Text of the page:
By Matt Goodman,

DALLAS (CBSDFW.COM) – According to results from a nonpartisan research institute, Texas remains among the nation’s least peaceful states. But it’s making strides –– slowly.

“So, Texas is coming in at No. 44 out of the 50 states, but what I would say is that if we look at it over 20 years, the peacefulness in Texas has actually improved,” said Steve Killelae, a spokesman for the Washington, D.C.-based Institute for Economics and Peace.

Every year since 1991, the institute has compiled the U.S. Peace Index, which measures the peacefulness of each state based on five indicators: A state’s homicide level; presence of violent crime; incarceration rates; the level of policing; and the availability of small arms.

Texas’s peace index has long been among the nation’s worst. But, as Killelae said, its 2012 index is nearly 20 percent better than it was during its worst point in 1994.

“As a compass of measure it’s improved about 19 percent over the 20 years,” Killelae said. “So I think that’s quite interesting.”

The institute takes those qualifying factors further by analyzing their economic heft.

Killelae says the group researches direct costs as a result of the crime: The money spent directly by each state on policing, incarceration and the judicial system.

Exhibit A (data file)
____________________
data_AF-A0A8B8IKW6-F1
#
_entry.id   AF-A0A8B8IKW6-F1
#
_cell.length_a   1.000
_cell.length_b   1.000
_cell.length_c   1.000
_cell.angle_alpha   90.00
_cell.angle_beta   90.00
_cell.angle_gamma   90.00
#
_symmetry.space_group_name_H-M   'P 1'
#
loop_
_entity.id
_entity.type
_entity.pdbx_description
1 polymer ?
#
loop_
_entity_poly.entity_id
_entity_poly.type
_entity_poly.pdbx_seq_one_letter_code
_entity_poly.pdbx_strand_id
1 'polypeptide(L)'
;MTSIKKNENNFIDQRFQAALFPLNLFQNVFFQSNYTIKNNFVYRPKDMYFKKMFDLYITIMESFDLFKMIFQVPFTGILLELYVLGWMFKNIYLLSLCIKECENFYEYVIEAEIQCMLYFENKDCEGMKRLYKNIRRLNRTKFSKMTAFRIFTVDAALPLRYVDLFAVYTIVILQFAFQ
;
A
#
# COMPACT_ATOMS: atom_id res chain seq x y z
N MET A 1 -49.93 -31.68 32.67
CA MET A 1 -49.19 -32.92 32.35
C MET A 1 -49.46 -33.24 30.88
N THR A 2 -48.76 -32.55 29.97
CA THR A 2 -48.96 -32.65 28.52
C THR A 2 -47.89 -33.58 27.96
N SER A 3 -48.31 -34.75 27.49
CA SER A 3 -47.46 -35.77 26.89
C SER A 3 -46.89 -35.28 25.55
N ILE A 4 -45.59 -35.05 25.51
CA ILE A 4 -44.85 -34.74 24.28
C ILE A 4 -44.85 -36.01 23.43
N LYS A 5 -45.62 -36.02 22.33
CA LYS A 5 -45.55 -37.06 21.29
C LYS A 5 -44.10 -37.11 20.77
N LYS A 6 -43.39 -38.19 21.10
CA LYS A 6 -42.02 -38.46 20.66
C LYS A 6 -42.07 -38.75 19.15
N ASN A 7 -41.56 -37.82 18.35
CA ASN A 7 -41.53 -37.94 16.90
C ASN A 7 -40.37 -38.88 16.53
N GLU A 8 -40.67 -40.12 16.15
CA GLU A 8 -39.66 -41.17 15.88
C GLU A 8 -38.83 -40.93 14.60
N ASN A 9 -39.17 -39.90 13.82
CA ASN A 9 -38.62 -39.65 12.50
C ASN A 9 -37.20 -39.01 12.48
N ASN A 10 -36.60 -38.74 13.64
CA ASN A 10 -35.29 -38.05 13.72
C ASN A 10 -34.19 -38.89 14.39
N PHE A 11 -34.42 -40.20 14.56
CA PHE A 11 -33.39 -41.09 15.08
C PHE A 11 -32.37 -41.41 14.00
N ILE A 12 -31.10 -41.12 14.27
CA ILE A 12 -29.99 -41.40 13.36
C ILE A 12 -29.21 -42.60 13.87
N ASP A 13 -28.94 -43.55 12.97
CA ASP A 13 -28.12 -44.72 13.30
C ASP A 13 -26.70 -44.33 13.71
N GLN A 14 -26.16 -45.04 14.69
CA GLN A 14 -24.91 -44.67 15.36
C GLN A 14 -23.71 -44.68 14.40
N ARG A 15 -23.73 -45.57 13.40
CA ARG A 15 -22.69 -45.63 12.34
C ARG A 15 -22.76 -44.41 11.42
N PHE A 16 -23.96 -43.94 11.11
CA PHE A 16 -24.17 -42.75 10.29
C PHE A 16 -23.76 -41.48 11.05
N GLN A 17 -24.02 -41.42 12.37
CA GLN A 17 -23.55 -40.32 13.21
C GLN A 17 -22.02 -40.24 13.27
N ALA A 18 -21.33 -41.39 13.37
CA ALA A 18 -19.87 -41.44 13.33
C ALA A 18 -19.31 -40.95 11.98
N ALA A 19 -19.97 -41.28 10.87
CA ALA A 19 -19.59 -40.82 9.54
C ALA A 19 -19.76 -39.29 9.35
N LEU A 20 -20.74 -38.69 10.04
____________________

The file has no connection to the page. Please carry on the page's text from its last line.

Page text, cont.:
Next, it looks at how much money and production jailed individuals are costing the state.

“We also look at the cost of lost productivity, which could occur through homicides, like that’s a lifetime of lost employment,” Killelae said. “The cost of time off through rape or violent robbery and the medical expenses associated with that, as well.”

Essentially, each state is being measured against a perfect one –– a state that wouldn’t need police or prisons.

“You wouldn’t need them because there isn’t any crime nor would you have anyone in jail,” Killelae said.

The report says the total cost of violence on the U.S. economy last year was $460.8 billion. Texas took a $42 billion economic hit because of crime, the report says.

Maine was the nation’s most peaceful state. If the other 49 were at that same level, the report says the U.S. could recoup $274 billion.

“This economic impact would be potentially large enough to generate 1.7 million jobs,” the report says.

But the overall summary paints a bright picture; atop Page 6 in bold, italicized typeface contains the nugget below:

“The last twenty years have seen a substantial and sustained reduction in direct violence in the United States.”

In 1991, violent incidents occurred 748 per 100,000 incidents. In 2011, that rate dipped to 399. MSNBC reported this is because of improved policing, an aging population and better socioeconomic standards.

The report found Louisiana to be the least peaceful state in the country.

Read the full study here. 

News Radio 1080 KRLD’s Mitch Carr contributed to this report.